Mexican San Andrés Wrapper Cigars: Discover 10 of the Best
By Gary Korb
When I entered the cigar business in 2001, I discovered that, from a consumer perspective, Mexican cigars were not exactly the most…”desirable.” Yet, over the years, and even more recently, I noticed that a lot of the cigars I keep returning to are rolled in Mexican San Andrés maduro wrappers. In an effort to share my affection for this very special and highly-sought-after tobacco leaf, here’s a brief back story on its origin and marvelous flavor properties, including 10 of my personal favorites I think you’d enjoy as well.
If you ask some cigar smokers about their favorite Mexican cigars, don’t be surprised if suddenly their expression sours. Really? Are they that much of a turnoff? Try telling that to the Turrent family, the cigar industry’s oldest and most revered family of Mexican cigar makers and tobacco growers, whose farms supply just about everyone in the cigar business with Mexican San Andrés-grown wrapper leaf. Because, even if a certain number of cigar smokers intentionally avoid smoking Mexican cigars, chances are they’ve enjoyed many a cigar rolled in a Mexican San Andrés Morrón wrapper (also referred to as “San Andrés Negro” or “San Andrés Maduro”). And as someone who has become a big fan of Mexican San Andrés leaf, it’s about time this savory tobacco got some well-deserved love.
It all started in 1880, when Alberto Turrent I, emigrated from Cuba to Mexico’s San Andrés Valley with a pocket-full of Cuban tobacco seeds. Today, under the direction of Alejandro Turrent, the tobaccos grown on his family’s 2,000 acres are among the most prized by blenders all over Central America, and you’ll find them in such brands as Montecristo, Macanudo, and even Padron (surprise!), to name a few.
The San Andrés valley of Mexico in Veracruz (where most of the leaf is grown) is dense with fertile volcanic soil which produces the distinctive taste of San Andrés maduro tobacco. Additionally, the prevailing winds from the Gulf of Mexico, combined with the humid climate are what contribute to the concentration of naturally sweet n’ spicy flavors found in the leaf.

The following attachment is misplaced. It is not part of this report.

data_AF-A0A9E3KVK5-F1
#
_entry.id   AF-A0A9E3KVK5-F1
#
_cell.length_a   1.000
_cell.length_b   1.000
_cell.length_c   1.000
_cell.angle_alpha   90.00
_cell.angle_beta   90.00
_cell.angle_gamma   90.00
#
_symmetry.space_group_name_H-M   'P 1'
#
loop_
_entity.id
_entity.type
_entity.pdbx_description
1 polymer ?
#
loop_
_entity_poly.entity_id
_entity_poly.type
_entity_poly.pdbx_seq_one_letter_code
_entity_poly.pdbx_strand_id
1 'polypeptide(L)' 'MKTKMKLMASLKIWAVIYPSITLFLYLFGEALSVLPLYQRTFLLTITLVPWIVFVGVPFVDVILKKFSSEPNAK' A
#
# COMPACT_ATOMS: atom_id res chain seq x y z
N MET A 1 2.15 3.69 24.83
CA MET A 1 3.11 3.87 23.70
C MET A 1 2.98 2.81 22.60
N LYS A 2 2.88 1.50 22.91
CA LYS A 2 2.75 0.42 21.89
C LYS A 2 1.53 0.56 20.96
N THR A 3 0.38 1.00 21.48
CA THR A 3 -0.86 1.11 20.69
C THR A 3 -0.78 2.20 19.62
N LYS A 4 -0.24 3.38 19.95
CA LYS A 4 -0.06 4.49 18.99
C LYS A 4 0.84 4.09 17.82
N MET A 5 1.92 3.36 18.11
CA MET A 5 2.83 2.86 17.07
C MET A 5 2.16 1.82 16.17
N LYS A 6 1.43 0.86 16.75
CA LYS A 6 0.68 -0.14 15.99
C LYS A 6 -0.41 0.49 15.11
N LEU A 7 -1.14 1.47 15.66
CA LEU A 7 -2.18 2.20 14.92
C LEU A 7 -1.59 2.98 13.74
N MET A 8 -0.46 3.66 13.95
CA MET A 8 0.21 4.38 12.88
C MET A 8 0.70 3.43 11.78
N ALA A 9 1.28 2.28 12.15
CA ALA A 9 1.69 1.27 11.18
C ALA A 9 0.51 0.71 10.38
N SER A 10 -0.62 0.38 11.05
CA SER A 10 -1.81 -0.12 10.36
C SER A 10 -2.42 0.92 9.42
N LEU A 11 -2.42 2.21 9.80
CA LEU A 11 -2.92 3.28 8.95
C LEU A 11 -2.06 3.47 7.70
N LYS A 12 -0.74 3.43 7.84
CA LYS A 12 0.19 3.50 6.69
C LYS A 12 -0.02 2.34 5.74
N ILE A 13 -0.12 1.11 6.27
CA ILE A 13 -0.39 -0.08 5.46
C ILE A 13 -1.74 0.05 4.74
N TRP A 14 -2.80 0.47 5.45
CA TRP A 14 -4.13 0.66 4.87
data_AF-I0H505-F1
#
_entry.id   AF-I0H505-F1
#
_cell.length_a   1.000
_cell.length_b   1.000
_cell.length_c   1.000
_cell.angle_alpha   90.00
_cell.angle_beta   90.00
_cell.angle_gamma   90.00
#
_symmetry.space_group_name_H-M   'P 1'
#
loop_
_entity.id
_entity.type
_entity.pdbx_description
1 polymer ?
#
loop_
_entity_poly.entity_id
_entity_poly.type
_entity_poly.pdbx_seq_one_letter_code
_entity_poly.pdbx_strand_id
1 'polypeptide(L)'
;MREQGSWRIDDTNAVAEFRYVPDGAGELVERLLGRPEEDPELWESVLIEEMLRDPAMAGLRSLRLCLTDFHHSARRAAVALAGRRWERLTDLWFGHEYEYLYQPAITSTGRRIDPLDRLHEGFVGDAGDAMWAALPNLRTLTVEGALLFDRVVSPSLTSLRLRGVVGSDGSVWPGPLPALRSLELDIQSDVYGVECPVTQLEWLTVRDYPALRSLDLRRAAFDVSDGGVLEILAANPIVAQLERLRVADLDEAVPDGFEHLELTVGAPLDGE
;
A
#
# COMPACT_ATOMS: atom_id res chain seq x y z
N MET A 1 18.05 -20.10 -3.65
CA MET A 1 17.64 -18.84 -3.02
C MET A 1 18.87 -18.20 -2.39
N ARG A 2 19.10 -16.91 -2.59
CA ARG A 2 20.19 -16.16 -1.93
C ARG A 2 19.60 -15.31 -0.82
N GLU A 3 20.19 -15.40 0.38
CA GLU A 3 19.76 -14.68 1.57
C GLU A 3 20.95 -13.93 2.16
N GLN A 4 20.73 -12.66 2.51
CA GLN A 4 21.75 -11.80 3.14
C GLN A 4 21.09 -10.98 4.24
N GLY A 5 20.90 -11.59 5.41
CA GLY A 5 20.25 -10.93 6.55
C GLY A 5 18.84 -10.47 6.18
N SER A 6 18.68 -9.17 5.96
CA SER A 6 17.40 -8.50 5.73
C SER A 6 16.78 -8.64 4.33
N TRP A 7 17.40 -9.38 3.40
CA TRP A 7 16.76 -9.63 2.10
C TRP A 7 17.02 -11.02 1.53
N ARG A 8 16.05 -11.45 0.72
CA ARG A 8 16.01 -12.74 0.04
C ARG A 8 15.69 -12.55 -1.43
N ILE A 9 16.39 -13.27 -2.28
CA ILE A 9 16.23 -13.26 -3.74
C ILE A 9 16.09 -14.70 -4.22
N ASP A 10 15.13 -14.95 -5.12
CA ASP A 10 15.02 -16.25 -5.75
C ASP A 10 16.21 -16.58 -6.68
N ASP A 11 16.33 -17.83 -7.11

According to Tobacconist University, “The most famous of Mexican cigar tobaccos is San Andres Negro. Like Connecticut Broadleaf, San Andres Negro is stalk-cut and lends itself to binder and maduro wrapper production. This varietal is a tough leaf that can withstand the extra fermentation required to produce a maduro.”
As a result of the Cuban Embargo, during the 1960’s, Mexican cigars like Te-Amo cigars were all the rage among American cigar smokers who, truth be told, had mixed feelings about them. Due to the heavy import duties Mexico placed on imported tobaccos, all Mexican cigars were puros until 1996 when Mexico finally repealed the tax.
By then it may have been too late, since countries like the Dominican Republic, Honduras, and Nicaragua were already exporting their cigars into the U.S. market, and cigar smokers left their Mexican cigars in favor of the quality and taste of the native-grown tobaccos used in the three aforementioned countries. Many believe this is what has contributed to Mexican brands having a negative image. But in a 2014 StogiePress.com article, “Viva Mexico – The San Andrés Wrapper,” the author writes: “That has changed as consumers’ palettes are now appreciating a bolder, spicier taste. This spicy, chocolate flavored leaf has found its way back into the cigar market with a vengeance. Consumers love it and manufactures are embracing it.”
So how does San Andrés maduro taste? Generally speaking, the leaf adds elements of earthiness, light spicy notes, and a slightly sweeter character to the blend, which is naturally found in maduro tobaccos. These qualities pair well with most filler tobaccos, which is why so many blenders today prefer it for adding flavor, smoothness, and balance to their cigars.
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Now that you know more about Mexican San Andrés tobacco, here are 10 of the best cigars that will help introduce you to this delectable leaf.
This Rothschild-sized number from La Flor Dominicana’s commemorative 1994 series serves-up a full-bodied blend of Dominican longfillers and binders concealed in a shimmering natural Mexican San Andrés wrapper. The smoke is earthy with flavors of leather and pepper balanced by a distinctive sweetness on the palate. Smoke this one after a full-meal for a satisfying, dessert-like treat.